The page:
For an instant I knew what I had. But before I could register as a good, that which was good, my innate darkness imploded my natural awe and appreciation. I felt that I had to inspire the same sort of awe and appreciation, I despaired of my ability to so do and I tried, anyway, out of anger, without further thought addressed to the problem.

I felt that I had not earned it. I had earned it. That’s why that experience was there. I had somehow deserved it. What goes around, comes around. I hadn’t done enough. I had to do more. I was angry at that insistence. I lost my temper, my nerves, my edge.

My best bet would have been to remain silent. I could have said, “We all have to go sometime.”

And here I am again, making a mockery out of my own regrets. My happy-go-lucky nature is finally reasserting itself and giving me cause to laugh at a ridiculously inept hypothetical solution to an unrepeatable experiment. “We all have to go sometime.” ha ha ha.

Yet this happy-go-lucky attitude is that which I lost in my sympathy, that aborted emotion, for their suffering,

They were mourning, but their voices’ quality was absent of the emotion of suffering, the state of mind of suffering. How did they do that? Their very tones prompted a desire to see into the nature of sorrow and suffering.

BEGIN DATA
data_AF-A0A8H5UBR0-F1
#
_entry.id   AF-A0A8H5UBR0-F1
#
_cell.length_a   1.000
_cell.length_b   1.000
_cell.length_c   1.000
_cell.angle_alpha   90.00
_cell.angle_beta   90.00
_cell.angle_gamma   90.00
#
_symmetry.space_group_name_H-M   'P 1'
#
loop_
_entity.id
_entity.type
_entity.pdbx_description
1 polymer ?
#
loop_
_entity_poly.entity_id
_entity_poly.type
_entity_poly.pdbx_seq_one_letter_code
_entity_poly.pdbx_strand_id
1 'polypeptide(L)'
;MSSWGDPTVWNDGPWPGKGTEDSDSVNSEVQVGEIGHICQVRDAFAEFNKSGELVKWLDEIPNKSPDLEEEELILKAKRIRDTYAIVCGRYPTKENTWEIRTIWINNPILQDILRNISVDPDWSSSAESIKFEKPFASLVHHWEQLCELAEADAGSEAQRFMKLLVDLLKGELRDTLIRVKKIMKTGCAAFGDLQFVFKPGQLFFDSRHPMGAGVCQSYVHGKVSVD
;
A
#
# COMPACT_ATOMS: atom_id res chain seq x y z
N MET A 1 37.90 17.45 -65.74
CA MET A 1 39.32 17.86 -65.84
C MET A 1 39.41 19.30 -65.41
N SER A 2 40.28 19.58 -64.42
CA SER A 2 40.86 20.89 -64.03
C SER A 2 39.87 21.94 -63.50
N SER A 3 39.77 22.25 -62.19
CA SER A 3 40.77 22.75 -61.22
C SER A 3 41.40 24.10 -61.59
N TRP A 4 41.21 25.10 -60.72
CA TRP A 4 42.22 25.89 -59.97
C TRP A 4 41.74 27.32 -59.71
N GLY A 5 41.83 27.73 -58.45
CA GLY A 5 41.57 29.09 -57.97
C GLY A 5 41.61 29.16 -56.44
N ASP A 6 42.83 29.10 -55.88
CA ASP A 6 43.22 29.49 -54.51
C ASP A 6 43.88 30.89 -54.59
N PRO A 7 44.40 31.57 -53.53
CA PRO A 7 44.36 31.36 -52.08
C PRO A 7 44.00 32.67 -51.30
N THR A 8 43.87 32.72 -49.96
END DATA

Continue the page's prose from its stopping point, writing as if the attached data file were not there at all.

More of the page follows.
I wanted their voices laughing. I didn’t want them sorrowing. I didn’t want them to mourn. To sorrow is to suffer. I felt I had to suffer, too, in order to share their experience at that moment. I

didn’t want to suffer.

Mrs. Dalloway’s Party


What a control-freak I must be. Anytime of stress or strangeness or change and I feel threatened. .

I jumped to the conclusion that they were asking me to suffer and I lost my temper. It was too much to ask. But solemnity is not suffering. Sadness. Is sadness suffering? That I can’t answer with assurance.

I wonder: Must it be that parts of life: regrets, sorrow, loss, grief are, of inevitability sufferings?

We suffer at the same time that we, on a different level, revel in the aliveness of ourselves.

Oh happy-go-lucky attitude, are you reasserting yourself? Has my own discretion tutored me? Has my ignorance of the functioning of compassion been dispelled?